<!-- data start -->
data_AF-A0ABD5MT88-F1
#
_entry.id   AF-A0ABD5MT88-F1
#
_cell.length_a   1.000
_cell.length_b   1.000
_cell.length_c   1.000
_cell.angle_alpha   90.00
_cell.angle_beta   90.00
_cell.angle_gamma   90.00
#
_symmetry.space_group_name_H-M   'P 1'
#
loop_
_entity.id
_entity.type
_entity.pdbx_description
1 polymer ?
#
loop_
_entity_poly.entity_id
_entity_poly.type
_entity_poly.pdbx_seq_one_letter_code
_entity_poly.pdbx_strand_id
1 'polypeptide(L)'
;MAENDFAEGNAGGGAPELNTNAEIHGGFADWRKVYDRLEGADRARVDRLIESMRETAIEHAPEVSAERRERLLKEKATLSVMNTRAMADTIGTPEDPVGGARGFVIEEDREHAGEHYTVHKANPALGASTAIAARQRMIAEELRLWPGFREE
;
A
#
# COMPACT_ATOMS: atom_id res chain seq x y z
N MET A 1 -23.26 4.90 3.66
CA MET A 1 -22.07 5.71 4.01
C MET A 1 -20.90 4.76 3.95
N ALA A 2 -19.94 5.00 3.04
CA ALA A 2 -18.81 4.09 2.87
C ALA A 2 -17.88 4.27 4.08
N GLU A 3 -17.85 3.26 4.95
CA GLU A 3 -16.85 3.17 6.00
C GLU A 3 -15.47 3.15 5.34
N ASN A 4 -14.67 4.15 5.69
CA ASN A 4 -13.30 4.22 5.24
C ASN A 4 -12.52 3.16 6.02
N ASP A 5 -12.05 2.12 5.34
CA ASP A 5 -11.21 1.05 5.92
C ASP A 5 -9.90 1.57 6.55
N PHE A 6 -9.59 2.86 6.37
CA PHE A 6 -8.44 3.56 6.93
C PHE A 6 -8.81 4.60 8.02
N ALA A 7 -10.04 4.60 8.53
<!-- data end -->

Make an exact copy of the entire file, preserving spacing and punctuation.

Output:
data_AF-A0ABD5MT88-F1
#
_entry.id   AF-A0ABD5MT88-F1
#
_cell.length_a   1.000
_cell.length_b   1.000
_cell.length_c   1.000
_cell.angle_alpha   90.00
_cell.angle_beta   90.00
_cell.angle_gamma   90.00
#
_symmetry.space_group_name_H-M   'P 1'
#
loop_
_entity.id
_entity.type
_entity.pdbx_description
1 polymer ?
#
loop_
_entity_poly.entity_id
_entity_poly.type
_entity_poly.pdbx_seq_one_letter_code
_entity_poly.pdbx_strand_id
1 'polypeptide(L)'
;MAENDFAEGNAGGGAPELNTNAEIHGGFADWRKVYDRLEGADRARVDRLIESMRETAIEHAPEVSAERRERLLKEKATLSVMNTRAMADTIGTPEDPVGGARGFVIEEDREHAGEHYTVHKANPALGASTAIAARQRMIAEELRLWPGFREE
;
A
#
# COMPACT_ATOMS: atom_id res chain seq x y z
N MET A 1 -23.26 4.90 3.66
CA MET A 1 -22.07 5.71 4.01
C MET A 1 -20.90 4.76 3.95
N ALA A 2 -19.94 5.00 3.04
CA ALA A 2 -18.81 4.09 2.87
C ALA A 2 -17.88 4.27 4.08
N GLU A 3 -17.85 3.26 4.95
CA GLU A 3 -16.85 3.17 6.00
C GLU A 3 -15.47 3.15 5.34
N ASN A 4 -14.67 4.15 5.69
CA ASN A 4 -13.30 4.22 5.24
C ASN A 4 -12.52 3.16 6.02
N ASP A 5 -12.05 2.12 5.34
CA ASP A 5 -11.21 1.05 5.92
C ASP A 5 -9.90 1.57 6.55
N PHE A 6 -9.59 2.86 6.37
CA PHE A 6 -8.44 3.56 6.93
C PHE A 6 -8.81 4.60 8.02
N ALA A 7 -10.04 4.60 8.53